This time of year is the beginning of the new season for TV series in America.
TERRA NOVA was easily the most anticipated new show this fall. It is one of the most expensive series in TV history (the premier alone cost $20 million) and it is produced by Steven Spielberg. Personally, I had low expectations: it was advertised as a Jurrasic-Park-meets-Lost story and frankly, Dinosaurs get easily tiring. I suppose they're too big, voracious and dumb for me.
Interesting detail, to avoid the grandfather paradox (you know, by killing an ant in the past, your grandfather may have never been born and you'll never exist), they are actually traveling to a different 'time-frame' - whatever that means.... OK. Why not.
The colony itself is a gigantic compound with sort of beach-houses and hippy-looking settlers headed by a benevolent-but-with-something-to-hide Commander. And of course danger looms outside the compound: the dinosaurs as expected, but also a group of dissidents called the Sixers because they arrived during the Sixth pilgrimage (and unrelated to the punk band as far as I can tell).
I have mixed feelings about the show: the story of the troubled teens sneaking out and getting into trouble (with the underlying message that seek kids, how you'll get into trouble if you don't listen to daddy?!) is so cliché that it is annoying, and the story may be too family-oriented for my taste. Basically, it does not seem to have the grander-than-life feature of space-opera Battlestar Galactica (possibly, the greatest Sci-Fi show on TV) or the angst of Lost in its first season - except for some cryptic engraving on a rock which seem to indicate there was a a civilization once... or there may still be...
And even if the Dinosaurs are technically well done, they seem to be more of an annoying distraction.
One the most striking features of the series is its AMERICANNESS. The pitch parallels the mythical narrative of the founding of America - settlers leaving an over-crowed, polluted, tyrannical motherland (Europe) to found a new civilization in the wilderness. Nature itself has to be conquered - one of the characters has to cut the fast-growing plants from the jungle . And so we are reminded that nature can be a threat to civilization - a very American Frontier theme of taming nature.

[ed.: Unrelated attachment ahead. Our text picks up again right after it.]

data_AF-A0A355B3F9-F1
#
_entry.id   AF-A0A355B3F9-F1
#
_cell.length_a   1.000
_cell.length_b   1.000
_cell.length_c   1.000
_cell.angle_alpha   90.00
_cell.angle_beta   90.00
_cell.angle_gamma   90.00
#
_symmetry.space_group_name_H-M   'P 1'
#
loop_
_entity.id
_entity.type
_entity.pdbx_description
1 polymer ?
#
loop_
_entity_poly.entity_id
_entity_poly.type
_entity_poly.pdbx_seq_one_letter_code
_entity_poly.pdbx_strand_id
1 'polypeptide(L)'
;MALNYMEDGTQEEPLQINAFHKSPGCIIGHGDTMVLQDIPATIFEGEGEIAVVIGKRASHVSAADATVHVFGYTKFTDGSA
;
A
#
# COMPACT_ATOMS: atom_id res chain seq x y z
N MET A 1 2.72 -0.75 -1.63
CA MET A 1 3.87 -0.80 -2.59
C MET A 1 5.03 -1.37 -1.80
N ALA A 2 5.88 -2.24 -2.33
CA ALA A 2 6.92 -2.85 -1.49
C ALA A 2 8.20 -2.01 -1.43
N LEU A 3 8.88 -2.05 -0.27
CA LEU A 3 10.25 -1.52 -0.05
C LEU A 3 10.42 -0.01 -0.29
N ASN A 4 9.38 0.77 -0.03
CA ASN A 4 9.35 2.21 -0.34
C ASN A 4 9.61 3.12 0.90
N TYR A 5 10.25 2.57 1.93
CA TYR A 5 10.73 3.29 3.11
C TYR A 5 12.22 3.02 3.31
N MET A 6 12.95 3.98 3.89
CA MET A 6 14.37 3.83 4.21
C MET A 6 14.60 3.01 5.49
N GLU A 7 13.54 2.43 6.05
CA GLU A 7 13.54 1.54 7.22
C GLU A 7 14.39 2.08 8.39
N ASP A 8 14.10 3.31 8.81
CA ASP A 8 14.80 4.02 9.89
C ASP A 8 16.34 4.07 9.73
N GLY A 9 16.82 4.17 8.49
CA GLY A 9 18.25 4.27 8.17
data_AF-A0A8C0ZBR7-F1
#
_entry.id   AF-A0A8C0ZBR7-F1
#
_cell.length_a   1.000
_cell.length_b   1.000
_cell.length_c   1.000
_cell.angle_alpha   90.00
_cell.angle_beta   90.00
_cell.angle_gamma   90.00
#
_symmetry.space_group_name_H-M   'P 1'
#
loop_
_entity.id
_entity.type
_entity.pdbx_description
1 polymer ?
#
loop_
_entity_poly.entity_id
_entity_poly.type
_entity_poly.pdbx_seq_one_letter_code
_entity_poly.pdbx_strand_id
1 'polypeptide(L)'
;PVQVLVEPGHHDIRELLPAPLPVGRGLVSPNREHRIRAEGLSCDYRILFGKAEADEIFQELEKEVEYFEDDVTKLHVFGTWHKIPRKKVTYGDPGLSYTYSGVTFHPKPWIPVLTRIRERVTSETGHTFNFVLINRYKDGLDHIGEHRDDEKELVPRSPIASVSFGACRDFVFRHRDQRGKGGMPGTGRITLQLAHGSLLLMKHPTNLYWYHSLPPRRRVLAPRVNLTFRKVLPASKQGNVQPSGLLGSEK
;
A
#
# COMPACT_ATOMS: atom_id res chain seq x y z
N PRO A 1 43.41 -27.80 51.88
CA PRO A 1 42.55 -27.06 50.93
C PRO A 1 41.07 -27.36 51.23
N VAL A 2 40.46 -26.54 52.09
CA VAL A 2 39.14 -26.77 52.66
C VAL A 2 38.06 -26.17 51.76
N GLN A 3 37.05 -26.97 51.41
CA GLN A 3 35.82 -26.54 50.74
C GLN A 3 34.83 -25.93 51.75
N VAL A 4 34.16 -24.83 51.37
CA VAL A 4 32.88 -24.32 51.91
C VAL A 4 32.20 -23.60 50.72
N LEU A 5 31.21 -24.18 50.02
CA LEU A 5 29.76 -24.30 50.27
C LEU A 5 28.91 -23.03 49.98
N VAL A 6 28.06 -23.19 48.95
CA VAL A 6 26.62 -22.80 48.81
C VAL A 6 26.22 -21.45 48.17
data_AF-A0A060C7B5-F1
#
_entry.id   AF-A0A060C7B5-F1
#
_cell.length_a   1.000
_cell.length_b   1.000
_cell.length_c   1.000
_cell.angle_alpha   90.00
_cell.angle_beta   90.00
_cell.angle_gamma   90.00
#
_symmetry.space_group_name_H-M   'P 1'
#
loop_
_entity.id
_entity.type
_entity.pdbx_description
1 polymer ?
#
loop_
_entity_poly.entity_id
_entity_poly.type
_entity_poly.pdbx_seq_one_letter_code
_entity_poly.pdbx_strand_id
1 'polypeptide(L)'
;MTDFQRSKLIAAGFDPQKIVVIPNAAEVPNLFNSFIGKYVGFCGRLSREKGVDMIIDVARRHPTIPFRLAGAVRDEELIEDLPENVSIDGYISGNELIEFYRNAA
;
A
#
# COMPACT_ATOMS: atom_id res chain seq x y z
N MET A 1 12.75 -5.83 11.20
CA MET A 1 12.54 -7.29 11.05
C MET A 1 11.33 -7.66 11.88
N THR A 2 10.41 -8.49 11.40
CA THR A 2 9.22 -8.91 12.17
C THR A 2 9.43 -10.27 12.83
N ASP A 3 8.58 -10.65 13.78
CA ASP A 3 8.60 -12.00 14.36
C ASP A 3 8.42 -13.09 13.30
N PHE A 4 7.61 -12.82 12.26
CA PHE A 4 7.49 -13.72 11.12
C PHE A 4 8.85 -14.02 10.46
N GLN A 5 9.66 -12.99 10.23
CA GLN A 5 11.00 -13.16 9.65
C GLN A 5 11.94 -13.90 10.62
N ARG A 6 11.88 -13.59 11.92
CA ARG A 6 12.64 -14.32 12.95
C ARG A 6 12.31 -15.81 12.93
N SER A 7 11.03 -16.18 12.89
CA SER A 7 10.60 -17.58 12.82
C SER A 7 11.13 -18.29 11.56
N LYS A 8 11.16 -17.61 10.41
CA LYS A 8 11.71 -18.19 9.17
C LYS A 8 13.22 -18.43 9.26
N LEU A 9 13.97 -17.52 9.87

The photography of the extraordinary landscape of thundering falls is not without resemblance with the paintings of the Hudson River School and the compound itself looks more like a besieged fort in the old West. Commander Taylor is like a sheriff/mayor figure who is the incarnation of the law of the compound and is an ambiguous dictator-ish leader. (the civilians seem to be under military law).
The leading characters are a family who've been given a chance to start all over again but who have to face the challenge of the hardships of the Frontier life. (And to make this clear, Commander Taylor tells them - and us : : "This is a frontier, so you have to grow up quick".). Their survival is also humanity's second chance - which is itself also a great American motif.
So in other words, Terra Nova is a Cretaceous-period Sci-fi Western. At this point, it could go one way or the other: it has the potential of becoming a great epic show if it focuses enough on the challenges of establishing the new social order, the mystery of the engraving, and the dissidence of the Sixers, and if the teens, the dinosaurs, and the family feud do not become too much of distraction.